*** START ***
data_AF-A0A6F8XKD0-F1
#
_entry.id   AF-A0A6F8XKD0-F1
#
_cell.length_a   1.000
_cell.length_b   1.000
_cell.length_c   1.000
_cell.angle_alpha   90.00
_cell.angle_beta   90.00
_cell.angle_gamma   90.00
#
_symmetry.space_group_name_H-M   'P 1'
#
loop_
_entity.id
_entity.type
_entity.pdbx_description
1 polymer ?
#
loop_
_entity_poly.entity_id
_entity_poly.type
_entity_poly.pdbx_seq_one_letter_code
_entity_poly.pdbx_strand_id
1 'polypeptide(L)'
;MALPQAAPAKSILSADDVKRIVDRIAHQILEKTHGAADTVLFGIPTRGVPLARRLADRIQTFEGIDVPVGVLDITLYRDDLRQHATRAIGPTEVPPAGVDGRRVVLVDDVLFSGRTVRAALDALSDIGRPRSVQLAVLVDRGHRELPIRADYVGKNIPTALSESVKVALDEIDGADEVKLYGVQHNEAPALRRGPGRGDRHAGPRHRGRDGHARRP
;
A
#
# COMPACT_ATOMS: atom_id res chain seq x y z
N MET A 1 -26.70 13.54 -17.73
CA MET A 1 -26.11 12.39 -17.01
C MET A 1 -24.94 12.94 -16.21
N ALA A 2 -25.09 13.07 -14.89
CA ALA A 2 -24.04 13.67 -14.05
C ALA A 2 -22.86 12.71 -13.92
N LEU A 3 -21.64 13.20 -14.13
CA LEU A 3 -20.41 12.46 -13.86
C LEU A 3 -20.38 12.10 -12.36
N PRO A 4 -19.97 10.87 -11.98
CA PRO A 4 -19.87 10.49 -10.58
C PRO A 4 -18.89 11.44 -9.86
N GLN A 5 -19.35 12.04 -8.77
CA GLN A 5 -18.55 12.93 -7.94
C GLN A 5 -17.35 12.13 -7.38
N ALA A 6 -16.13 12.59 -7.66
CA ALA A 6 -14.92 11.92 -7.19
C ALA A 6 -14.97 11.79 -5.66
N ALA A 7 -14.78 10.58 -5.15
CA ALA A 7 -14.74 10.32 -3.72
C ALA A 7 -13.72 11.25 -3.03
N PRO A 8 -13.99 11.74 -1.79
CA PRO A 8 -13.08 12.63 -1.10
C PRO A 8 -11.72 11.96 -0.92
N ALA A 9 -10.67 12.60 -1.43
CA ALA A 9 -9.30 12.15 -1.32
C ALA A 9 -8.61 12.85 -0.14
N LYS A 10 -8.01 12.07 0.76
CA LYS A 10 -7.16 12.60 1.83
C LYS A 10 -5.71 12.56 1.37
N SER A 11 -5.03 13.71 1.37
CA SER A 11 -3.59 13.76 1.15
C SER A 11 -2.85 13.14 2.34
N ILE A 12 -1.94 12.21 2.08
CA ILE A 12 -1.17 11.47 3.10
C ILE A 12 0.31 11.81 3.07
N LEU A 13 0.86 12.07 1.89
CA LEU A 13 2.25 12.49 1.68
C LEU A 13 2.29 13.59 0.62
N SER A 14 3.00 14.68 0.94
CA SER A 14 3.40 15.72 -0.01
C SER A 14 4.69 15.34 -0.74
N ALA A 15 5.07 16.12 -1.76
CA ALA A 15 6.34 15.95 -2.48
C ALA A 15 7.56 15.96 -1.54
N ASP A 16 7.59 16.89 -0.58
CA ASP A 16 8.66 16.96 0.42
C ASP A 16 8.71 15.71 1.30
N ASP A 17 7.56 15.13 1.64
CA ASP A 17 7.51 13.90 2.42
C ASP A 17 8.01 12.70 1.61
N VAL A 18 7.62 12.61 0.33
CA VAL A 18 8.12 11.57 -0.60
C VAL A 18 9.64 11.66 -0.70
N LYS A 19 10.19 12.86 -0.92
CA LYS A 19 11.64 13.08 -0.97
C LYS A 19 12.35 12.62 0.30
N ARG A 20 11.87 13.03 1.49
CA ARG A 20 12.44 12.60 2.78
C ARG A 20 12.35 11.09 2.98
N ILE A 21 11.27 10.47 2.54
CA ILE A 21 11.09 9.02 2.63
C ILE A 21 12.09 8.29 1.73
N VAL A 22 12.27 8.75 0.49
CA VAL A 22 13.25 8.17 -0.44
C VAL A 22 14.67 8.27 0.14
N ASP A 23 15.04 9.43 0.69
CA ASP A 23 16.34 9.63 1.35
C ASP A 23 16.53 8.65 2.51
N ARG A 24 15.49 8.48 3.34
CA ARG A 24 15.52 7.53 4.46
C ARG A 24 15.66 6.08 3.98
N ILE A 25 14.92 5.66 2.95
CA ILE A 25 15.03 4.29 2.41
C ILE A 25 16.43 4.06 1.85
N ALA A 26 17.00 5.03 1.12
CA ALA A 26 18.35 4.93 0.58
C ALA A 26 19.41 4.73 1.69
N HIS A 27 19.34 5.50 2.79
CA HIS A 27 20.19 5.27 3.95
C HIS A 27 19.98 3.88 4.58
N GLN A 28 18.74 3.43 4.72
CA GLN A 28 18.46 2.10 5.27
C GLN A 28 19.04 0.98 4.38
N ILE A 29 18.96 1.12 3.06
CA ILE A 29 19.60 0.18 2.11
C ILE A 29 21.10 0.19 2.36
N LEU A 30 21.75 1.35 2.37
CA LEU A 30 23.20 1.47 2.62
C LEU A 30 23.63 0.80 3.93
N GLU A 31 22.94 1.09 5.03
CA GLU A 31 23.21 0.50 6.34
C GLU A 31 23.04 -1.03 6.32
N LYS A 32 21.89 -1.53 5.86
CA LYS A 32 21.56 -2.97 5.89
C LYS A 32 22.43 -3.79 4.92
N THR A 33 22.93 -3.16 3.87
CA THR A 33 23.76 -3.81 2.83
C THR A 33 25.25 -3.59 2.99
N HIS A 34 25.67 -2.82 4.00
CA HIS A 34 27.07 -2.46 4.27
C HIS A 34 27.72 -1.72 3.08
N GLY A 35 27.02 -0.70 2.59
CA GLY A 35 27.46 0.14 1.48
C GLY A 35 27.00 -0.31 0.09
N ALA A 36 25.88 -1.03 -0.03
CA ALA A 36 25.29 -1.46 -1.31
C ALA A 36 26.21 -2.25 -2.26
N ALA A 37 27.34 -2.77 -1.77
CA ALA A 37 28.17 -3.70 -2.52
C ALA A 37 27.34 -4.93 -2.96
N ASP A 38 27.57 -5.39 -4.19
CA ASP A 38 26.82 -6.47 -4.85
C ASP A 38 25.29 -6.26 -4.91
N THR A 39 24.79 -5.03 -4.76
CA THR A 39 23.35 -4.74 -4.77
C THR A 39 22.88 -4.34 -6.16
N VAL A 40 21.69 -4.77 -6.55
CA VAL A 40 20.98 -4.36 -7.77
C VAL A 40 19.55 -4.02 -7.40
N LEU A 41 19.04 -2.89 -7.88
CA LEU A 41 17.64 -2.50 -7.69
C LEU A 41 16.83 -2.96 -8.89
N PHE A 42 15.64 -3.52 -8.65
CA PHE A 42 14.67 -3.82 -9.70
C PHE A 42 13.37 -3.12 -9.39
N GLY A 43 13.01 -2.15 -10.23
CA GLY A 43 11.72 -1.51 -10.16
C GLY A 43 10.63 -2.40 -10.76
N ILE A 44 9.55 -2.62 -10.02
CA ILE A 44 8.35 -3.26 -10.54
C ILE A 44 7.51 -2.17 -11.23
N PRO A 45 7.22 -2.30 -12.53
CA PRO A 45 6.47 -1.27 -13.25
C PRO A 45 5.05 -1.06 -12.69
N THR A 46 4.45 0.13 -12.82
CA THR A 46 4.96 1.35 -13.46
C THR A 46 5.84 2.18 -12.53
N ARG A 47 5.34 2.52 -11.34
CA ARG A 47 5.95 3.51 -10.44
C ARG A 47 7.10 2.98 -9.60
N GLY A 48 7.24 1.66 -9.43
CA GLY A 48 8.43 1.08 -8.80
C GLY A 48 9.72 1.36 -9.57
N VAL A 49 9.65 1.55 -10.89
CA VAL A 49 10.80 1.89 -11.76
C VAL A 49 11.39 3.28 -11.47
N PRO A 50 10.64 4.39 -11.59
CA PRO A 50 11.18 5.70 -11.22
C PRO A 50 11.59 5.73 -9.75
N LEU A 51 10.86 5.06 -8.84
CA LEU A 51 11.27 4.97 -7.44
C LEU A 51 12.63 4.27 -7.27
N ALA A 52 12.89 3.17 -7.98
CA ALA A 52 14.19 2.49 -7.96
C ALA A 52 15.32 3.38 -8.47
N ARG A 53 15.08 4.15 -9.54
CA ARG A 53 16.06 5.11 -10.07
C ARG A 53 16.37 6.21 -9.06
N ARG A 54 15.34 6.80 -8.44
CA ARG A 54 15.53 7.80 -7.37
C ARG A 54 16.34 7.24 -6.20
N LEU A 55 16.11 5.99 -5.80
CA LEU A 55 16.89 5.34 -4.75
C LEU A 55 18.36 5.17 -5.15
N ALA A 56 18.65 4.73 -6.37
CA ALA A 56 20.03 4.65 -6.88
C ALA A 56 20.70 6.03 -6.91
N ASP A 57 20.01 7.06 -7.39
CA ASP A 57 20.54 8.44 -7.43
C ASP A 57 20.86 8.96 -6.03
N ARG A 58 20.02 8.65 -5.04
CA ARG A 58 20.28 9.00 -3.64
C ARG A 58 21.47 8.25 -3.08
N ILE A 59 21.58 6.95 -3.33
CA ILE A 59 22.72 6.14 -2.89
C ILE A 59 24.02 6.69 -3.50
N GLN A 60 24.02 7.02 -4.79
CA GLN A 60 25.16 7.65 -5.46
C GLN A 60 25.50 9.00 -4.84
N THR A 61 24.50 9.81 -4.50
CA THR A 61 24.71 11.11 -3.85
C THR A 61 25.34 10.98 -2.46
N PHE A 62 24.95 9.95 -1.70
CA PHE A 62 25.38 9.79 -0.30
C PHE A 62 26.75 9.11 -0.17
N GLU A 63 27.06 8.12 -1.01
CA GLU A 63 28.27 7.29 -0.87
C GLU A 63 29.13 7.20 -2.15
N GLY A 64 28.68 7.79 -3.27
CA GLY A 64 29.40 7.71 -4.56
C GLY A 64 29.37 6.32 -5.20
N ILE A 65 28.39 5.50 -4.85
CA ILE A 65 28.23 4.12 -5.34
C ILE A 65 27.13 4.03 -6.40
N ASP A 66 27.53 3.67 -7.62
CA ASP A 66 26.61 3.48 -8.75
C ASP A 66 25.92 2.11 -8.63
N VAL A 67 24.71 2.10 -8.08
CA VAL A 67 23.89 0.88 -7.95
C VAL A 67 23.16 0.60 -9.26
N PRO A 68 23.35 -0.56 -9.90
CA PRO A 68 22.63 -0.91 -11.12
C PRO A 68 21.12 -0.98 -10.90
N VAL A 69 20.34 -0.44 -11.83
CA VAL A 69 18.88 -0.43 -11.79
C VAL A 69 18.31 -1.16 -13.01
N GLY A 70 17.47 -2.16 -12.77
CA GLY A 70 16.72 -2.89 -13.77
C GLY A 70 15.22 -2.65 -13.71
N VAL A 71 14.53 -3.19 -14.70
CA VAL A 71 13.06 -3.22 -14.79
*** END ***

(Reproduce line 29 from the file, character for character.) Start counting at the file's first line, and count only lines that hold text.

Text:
#